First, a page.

Lee's best friend went missing on Bodmin Moor, four years ago. She and Mal were chasing rumours of monsters when they found something all too real. Now Mal is back, but where has she been, and who is she working for?
When government physicist Kay Amal Khan is attacked, the security services investigate. This leads
MI5's Julian Sabreur deep into terrifying new territory, where he clashes with mysterious agents
of an unknown power—who may or may not be human. And Julian's only clue is some grainy
footage—showing a woman who supposedly died on Bodmin Moor.
Khan's extradimensional research was purely theoretical, until she found cracks between our
world and countless others. Parallel Earths where monsters live. These cracks are getting
wider every day, so who knows what might creep through? Or what will happen when those
walls finally come crashing down...
This is my third Tchaikovsky novel, and the first one that fell short for me. It could be
that the first two that I read, Children of Time and Spiderlight, were so
good that the bar was set too high.
The main story had an interesting premise, but the execution didn't work for me. I felt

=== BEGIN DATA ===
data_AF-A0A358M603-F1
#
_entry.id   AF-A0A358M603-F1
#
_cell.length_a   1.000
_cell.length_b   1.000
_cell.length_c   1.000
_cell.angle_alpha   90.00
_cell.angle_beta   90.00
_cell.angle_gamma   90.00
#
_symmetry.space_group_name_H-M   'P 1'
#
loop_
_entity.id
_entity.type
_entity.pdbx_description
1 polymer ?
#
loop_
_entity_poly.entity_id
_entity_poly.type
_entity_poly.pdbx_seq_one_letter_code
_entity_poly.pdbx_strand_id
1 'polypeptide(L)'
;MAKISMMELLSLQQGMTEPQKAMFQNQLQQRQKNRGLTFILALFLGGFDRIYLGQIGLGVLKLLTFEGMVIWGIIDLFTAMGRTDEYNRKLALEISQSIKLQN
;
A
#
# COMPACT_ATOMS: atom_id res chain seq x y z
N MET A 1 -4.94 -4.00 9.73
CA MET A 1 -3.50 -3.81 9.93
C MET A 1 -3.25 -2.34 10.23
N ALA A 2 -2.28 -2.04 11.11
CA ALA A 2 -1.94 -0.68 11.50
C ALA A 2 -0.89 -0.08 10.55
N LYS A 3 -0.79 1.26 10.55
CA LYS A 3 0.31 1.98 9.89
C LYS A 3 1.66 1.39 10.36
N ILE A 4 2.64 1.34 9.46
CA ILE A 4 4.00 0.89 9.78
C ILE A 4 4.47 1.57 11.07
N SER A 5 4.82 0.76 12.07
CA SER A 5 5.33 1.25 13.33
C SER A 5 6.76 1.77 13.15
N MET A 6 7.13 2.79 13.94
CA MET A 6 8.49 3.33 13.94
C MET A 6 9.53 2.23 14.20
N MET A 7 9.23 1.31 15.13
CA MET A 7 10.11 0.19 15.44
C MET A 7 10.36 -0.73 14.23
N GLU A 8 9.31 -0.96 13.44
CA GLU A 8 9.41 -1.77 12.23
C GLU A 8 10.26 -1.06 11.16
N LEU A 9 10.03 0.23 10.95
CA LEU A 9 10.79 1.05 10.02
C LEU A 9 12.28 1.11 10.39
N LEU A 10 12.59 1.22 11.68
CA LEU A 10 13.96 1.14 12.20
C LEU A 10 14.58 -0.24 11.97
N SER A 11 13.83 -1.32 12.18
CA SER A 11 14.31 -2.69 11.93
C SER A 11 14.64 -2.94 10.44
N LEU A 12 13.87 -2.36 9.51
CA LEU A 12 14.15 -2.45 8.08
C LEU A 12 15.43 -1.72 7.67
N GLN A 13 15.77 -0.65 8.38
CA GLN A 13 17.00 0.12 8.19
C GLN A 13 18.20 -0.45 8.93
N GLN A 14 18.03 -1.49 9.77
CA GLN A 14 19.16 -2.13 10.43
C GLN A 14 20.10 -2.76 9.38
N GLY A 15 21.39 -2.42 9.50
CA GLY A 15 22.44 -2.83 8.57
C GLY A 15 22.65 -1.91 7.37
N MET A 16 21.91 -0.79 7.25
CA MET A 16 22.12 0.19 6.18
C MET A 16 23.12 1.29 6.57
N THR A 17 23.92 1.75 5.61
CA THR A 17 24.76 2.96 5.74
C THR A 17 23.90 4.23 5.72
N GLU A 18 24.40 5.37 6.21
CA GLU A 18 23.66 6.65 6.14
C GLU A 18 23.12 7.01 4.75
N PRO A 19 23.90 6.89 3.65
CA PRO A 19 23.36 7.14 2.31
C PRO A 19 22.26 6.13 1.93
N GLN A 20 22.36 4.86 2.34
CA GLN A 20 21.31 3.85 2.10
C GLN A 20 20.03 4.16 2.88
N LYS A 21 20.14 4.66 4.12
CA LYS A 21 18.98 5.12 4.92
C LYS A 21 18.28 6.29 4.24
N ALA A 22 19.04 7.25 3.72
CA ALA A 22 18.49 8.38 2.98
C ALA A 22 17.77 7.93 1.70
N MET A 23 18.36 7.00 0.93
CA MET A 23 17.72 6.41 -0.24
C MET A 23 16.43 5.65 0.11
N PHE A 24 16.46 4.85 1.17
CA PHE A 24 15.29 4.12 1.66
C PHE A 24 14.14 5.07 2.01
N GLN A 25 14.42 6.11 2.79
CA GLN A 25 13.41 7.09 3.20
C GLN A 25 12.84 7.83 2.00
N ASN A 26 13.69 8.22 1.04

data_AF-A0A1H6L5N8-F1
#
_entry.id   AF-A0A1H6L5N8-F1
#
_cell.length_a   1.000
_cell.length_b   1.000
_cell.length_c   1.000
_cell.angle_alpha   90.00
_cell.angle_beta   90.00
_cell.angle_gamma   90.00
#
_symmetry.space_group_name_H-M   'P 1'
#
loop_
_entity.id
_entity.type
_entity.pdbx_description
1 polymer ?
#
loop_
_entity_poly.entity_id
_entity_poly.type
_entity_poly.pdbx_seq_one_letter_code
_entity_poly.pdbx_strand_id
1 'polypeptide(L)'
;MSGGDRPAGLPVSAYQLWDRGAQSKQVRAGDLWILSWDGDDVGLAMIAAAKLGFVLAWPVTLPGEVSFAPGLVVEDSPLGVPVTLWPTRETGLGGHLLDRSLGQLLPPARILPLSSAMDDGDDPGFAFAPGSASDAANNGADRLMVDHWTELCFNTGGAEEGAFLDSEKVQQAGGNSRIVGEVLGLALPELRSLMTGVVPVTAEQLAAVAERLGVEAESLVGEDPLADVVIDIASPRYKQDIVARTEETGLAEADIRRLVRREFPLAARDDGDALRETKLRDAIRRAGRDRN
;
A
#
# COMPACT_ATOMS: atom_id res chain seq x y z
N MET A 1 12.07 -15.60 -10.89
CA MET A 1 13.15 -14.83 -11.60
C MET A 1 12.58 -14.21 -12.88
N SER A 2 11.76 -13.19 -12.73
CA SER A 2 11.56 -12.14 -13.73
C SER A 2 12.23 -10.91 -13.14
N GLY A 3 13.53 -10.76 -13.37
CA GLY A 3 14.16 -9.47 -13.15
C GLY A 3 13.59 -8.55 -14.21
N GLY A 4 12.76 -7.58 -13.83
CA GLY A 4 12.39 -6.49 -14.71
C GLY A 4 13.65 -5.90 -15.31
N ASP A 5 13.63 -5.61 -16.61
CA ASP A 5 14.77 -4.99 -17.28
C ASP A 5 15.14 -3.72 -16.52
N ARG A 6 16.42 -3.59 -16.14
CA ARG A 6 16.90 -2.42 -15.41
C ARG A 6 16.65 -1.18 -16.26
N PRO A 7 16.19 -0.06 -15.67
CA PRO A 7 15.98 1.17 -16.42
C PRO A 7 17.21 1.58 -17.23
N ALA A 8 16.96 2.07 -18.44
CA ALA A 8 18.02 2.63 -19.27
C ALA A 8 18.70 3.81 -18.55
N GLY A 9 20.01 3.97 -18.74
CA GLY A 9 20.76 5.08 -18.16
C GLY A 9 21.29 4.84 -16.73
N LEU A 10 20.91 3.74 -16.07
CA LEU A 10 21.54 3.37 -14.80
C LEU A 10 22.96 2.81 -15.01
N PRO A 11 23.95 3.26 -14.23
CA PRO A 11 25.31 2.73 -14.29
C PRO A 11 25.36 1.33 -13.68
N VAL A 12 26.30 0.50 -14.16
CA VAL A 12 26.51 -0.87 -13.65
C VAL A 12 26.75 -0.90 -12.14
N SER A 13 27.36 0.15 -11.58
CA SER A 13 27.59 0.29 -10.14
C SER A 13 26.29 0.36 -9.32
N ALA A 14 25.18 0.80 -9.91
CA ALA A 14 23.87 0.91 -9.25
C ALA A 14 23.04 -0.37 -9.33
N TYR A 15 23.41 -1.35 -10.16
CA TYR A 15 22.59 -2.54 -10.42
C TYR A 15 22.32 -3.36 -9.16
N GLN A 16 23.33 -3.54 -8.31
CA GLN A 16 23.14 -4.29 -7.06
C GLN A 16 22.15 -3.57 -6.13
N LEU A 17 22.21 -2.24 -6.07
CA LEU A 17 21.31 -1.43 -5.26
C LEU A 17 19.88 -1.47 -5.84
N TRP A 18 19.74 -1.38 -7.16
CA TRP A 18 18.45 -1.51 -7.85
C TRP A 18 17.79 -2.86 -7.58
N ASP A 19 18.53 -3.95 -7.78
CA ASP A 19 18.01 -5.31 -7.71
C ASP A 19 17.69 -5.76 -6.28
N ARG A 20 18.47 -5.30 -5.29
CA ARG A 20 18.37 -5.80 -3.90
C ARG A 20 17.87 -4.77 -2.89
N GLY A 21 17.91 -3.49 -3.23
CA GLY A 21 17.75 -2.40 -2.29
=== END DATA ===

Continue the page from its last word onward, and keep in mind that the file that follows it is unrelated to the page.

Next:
that it dragged at times, too many scenes with people wondering what's going on or not
believing what their eyes are telling them. What I really enjoyed were the interstitials:
excerpts from other timelines where different species rose to prominence on alternative
Earths. The world-building in these mini-documentaries really demonstrated Tchaikovsky's
love for zoology. I wanted to read stories based in these worlds or their interaction
Which brings me to the characters. I really didn't care for them, well the humans anyway.
The non-human characters were the interesting ones. Khan, the foul-mouthed, chain smoking
physicist was the best of the humans. Lee and Mal were ok. Any scene with Julian was
disappointing. The blurb makes it seem like he carries the story, but he was more of a
passenger. He really couldn't handle anything outside a narrow British box of expectations.
I couldn't wait for his scenes to be over with. His co-worker, Alison, was ok by the end
but took a while to get there. Even the villain was dull, there to be the foil to the
underlying message of inclusion.
There's a big reveal towards the last quarter of the book that explains how all of this
came about. It got my hopes up for a strong finish, but then we got more navel gazing.
The execution of the last part, well, I've seen Star Trek do it better. And the
end left me like, "Oh, that's it?" If it wasn't for the world-building, I'd rate it lower.